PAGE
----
The discussion was about password security. There's an entirely different discussion about backups, power of attorney, identity theft, medical advanced directives, catastrophe management, etc. You are correct, though -- these are all considerations that require careful evaluation and recognition that they CAN and DO occur.

Comment Re:Obligatory xkcd (Score 1) 372

The only problem with that system is it makes all of those sites unaccessible from literally any other computer in the world, unless you carry the KeePass file around with you.

To a great extent, that's the point. My feeling is that my stuff should be inaccessible from any other computer in the world unless I trust that computer. And representative of my trust of that computer is that my TrueCrypt (and KeePass) files are on it.

Comment Re:Obligatory xkcd (Score 3, Informative) 372

Well, not exactly applicable but interesting to the discussion.

I think the point is that consideration must be made for the "location" of the access portal. That is, if anyone with an internet connection can try their key in your lock, you probably want a pretty good lock.

But for access to things that have additional security, the lock quality may be reduced in favor of a key that is easy to remember.

1. Keep a good, long, easy-to-remember passphrase for access to your TrueCrypt partition that sits on a private computer inside your house.

2. Store passwords inside this partition in something like KeePass. The KeePass password doesn't need to be industrial. It should be easy to remember, but non-obvious. You type this password a lot.

3. Keep all internet passwords at maximum strength for the site and make them random from your password generator.

Comment Re:Googloid (Score 2) 177

You may be surprised. With the advancements and push they're making on the self-driving car, they're making quite a case to get the captive in-car audience for billions of hours per day. Add HUDs and in-car popups and adverts and you have a whole lot of new advertising revenue.

Top it off with a whole lot of patents because, as far as I know, they're the only ones working on the self-driving car with such ferocity. They'll be the only channel available.

Comment Re:Apple and Foxconn (Score 1) 193

Using incite rather than insight could work ;P

Argh. Hate it when I do that in posts. I also didn't use the possessive form for "business's". Double-argh.

Seriously though, capitalism was never predicated around petitions. If you want "pure capitalism" to work, then the response is to not buy Apple products. ...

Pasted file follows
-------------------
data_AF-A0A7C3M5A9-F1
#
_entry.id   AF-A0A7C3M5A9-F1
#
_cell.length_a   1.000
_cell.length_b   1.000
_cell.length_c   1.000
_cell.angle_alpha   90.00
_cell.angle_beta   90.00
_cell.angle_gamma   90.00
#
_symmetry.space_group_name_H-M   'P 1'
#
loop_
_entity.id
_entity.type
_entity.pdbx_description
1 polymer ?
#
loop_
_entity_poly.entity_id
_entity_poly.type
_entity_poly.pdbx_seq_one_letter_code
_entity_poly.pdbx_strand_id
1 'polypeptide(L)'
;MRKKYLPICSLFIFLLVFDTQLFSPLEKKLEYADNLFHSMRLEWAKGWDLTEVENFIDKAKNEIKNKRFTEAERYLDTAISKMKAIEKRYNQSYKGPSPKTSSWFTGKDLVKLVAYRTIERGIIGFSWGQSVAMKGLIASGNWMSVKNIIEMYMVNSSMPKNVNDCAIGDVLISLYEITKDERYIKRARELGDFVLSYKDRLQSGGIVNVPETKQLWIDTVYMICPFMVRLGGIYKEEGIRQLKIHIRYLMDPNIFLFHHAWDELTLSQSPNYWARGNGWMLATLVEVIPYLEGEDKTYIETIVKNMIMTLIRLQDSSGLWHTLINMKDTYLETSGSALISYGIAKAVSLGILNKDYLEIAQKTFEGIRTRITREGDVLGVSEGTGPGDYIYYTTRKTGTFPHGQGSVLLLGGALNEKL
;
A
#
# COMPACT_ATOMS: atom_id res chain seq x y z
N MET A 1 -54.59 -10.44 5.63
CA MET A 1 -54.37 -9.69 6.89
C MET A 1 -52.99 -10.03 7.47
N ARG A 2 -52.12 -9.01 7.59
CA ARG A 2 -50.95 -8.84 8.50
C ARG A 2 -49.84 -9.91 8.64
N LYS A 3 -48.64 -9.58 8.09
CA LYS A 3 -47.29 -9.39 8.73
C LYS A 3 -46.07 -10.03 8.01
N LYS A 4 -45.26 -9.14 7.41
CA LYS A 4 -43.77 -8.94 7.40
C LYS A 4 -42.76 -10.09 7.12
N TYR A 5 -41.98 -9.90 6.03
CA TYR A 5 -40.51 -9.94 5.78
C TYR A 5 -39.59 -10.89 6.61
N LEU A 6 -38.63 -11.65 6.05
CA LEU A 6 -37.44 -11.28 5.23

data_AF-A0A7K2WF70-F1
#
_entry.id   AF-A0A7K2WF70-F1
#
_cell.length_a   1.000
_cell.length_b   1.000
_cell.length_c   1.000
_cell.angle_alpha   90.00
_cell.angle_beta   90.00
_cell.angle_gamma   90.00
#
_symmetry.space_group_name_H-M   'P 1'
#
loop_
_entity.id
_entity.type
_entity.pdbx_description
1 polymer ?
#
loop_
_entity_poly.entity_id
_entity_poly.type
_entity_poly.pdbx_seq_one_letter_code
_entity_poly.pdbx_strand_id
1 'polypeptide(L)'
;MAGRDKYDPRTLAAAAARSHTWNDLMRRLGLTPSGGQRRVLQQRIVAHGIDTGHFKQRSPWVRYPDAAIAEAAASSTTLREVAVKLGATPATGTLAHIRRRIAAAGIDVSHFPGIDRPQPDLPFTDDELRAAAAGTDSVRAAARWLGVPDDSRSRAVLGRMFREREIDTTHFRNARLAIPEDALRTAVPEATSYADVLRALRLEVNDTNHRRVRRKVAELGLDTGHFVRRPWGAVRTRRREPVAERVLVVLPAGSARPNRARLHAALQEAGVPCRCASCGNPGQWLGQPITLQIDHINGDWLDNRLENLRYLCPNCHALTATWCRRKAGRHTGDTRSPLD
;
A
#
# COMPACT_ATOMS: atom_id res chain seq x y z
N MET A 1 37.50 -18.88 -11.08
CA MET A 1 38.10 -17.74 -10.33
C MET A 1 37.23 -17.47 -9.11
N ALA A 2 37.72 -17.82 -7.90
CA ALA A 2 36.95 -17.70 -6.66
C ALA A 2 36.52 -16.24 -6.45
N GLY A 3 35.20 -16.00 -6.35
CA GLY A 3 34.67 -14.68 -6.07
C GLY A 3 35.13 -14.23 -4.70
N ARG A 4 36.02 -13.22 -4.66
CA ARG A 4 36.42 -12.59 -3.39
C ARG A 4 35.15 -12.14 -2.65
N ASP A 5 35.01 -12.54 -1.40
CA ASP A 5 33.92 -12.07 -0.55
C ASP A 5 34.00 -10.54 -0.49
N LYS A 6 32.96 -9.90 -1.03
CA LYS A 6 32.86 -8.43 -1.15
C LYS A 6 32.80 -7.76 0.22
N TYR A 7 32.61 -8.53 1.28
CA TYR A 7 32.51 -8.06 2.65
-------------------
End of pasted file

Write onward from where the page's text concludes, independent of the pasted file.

Secondly, by focussing on Apple you're giving a free-pass to all the other tech companies who are using the exact same supplier. If you boycott Apple, just to be some other products produced by the exact same factory, you're applying absolutely zero pressure to that factory.

I mostly agree. But the petition is a form of action. It gathers support for the concept and puts Apple on notice. Some folks will choose to boycott others won't. But it sends a message to management, forces consideration and maybe a response, and just plain gets the word out to other customers.

Sure, Foxconn is enormous and has other customers. But that doesn't mean Apple doesn't have a tremendous effect on their business practices. Apple may be the punching bag, but you can bet the other Foxconn customers are taking notice and probably applying pressure, too -- just quietly enough that they don't capture the eye and ire of the customers.

Comment Re:Apple and Foxconn (Score 3, Insightful) 193

Not only is it completely ineffective to hand a signed petitions to some Apple store manager in an attempt to influence the working conditions of an internationally traded public company in China...

Not so. Excuse me, but these are precisely the market forces that are supposed to insight change in "pure capitalism". Pure capitalism and our American brand of government / industry cooperation are essentially bottom-up enterprises where change usually comes from the accumulation of lots of insignificant voices.

I'm curious what alternative you would suggest would insight change? Three chain-wearing ghosts visiting Tim Cook overnight convincing him to change his businesses practices and relationships?

It was kinda like stuffing the wrong card in a computer, when you're stickin' those artificial stimulants in your arm. -- Dion, noted computer scientist